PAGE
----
A lien is a legal right to claim a security interest in a property provided by the owner of the property to the creditor. It is generally used as a guarantee for some sort of legal obligation such as loan repayment.
In other words, a lien ensures that a creditor obtains the right to the property if a borrower fails to meet his legal and/or financial obligations. The grantor (the owner of the property) is called the lienee while the party that receives the lien is referred to as the lienor or lien holder.
Types of Liens
Consensual liens are created by contractual obligations between the concerned parties. The most common examples are loans obtained to purchase real estate or personal property (chattel). They can be mortgages or auto loans.
Non-consensual liens arise from statutory or common law. The most notable example is a tax lien, which is imposed by law against the property of a taxpayer. If a taxpayer fails to pay the taxes owed to the government, the tax agency can seize his or her real or personal property for the amount of the lien.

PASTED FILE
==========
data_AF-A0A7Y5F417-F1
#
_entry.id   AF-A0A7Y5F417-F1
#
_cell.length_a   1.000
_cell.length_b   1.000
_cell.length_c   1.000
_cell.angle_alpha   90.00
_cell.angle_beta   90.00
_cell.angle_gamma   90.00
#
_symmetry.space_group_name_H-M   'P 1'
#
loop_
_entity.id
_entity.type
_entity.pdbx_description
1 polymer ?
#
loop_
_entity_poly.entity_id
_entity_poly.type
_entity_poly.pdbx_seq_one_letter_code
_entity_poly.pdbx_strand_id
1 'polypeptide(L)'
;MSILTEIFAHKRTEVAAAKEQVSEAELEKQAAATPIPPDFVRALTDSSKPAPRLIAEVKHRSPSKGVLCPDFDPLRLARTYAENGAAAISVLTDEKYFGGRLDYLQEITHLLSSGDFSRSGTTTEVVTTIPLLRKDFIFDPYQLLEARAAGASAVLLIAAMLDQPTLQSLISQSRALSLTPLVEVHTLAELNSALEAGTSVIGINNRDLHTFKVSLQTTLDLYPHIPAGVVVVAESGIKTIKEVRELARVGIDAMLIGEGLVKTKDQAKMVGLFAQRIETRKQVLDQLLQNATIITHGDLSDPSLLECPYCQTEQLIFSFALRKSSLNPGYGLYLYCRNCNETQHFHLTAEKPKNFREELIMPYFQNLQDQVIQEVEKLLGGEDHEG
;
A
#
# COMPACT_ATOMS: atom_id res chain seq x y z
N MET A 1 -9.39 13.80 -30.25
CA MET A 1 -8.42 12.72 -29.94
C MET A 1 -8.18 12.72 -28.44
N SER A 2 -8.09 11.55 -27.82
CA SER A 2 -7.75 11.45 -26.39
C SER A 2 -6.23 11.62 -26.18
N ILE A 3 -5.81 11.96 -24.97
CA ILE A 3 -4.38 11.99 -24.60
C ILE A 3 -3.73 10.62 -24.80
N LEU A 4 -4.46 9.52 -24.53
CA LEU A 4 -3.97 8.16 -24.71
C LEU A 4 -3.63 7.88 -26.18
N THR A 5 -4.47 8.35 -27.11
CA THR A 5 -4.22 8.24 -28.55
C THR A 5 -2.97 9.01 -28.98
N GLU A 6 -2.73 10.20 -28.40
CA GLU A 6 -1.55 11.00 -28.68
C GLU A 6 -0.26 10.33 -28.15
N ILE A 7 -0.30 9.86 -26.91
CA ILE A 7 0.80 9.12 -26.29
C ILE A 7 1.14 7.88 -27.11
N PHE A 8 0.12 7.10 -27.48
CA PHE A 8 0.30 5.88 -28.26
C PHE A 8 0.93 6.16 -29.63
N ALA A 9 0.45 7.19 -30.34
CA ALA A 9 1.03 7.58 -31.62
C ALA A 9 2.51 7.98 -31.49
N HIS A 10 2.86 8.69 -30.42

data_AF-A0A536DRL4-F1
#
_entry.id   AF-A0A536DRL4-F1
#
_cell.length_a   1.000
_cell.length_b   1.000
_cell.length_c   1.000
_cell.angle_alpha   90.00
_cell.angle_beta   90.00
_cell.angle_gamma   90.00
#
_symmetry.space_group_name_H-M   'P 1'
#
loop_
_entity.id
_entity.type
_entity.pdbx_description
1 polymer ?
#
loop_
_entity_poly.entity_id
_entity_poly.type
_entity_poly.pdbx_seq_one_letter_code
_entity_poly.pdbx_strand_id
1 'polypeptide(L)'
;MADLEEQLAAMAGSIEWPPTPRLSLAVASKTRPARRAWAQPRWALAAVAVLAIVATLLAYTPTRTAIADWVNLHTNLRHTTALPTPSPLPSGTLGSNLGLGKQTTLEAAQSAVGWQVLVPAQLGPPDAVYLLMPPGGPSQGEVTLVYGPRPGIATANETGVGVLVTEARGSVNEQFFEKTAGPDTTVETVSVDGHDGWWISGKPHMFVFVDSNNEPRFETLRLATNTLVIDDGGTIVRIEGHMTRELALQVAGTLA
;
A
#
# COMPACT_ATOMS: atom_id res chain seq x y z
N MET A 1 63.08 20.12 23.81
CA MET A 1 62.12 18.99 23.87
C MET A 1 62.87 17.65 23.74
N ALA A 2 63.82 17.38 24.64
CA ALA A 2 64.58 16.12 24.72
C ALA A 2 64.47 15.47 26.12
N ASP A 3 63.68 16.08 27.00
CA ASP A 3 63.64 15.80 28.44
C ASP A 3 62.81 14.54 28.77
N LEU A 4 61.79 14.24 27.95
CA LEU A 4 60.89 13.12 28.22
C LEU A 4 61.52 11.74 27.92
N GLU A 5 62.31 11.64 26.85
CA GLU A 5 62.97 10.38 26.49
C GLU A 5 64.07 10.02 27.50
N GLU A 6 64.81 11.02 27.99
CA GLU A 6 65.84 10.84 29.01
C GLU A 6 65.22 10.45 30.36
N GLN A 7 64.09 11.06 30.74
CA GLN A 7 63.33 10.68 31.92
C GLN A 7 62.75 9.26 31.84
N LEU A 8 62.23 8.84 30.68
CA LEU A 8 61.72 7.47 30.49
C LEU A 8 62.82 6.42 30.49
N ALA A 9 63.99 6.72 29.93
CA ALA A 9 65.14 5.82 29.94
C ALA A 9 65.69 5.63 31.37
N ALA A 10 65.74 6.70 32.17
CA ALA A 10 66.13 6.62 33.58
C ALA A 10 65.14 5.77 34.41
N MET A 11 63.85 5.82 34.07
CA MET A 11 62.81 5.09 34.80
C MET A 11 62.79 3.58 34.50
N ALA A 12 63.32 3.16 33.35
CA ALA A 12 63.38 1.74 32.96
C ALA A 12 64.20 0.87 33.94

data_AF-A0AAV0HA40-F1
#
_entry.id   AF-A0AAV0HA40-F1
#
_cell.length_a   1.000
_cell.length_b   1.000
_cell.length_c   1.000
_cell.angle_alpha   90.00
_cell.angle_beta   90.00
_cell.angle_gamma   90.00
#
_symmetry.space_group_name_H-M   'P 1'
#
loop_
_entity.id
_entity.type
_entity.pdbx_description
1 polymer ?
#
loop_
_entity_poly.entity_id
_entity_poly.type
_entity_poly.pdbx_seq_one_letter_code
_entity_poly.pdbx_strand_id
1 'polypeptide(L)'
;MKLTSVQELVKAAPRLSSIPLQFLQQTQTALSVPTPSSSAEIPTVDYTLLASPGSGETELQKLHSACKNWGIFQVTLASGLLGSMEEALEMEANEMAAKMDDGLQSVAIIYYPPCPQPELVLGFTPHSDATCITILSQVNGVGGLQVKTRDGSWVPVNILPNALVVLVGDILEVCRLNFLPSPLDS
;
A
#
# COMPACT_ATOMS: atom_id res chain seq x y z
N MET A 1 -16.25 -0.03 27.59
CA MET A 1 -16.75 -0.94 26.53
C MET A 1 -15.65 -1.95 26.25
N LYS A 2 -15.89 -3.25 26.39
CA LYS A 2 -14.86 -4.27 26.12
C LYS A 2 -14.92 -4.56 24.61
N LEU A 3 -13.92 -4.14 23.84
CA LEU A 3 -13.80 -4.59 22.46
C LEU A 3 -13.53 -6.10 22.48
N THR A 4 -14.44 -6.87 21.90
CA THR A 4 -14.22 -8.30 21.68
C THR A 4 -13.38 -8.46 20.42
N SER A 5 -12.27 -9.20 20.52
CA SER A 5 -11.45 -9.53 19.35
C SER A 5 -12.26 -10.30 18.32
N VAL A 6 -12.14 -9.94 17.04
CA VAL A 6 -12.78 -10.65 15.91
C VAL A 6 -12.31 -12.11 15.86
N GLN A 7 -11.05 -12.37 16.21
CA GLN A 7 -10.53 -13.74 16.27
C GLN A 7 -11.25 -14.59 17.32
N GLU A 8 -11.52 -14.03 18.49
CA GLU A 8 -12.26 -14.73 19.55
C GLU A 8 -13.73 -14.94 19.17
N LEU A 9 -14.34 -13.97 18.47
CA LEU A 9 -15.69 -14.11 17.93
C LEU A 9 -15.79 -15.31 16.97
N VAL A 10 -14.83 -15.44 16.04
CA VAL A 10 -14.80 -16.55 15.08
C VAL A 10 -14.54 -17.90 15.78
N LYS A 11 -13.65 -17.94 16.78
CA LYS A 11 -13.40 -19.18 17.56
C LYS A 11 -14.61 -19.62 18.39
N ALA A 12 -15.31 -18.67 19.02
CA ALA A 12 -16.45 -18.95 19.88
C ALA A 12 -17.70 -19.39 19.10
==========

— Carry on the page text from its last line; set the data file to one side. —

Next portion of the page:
Example of Lien
John wants to purchase a new house. In order to afford the purchase, he borrows $300,000 from ABC Bank. The bank wants to guarantee the repayment of the loan, and it requires John to provide the house as the collateral for the loan.
The bank files the documents with the government agency required to register the lien. Upon the completion of the process, the bank becomes the holder of the collateral provided by John (in this case, John’s house).
If John is unable to meet his financial obligations according to the mortgage agreement with ABC Bank, the bank will take possession of the property and will be able to sell it to satisfy the loan obligation.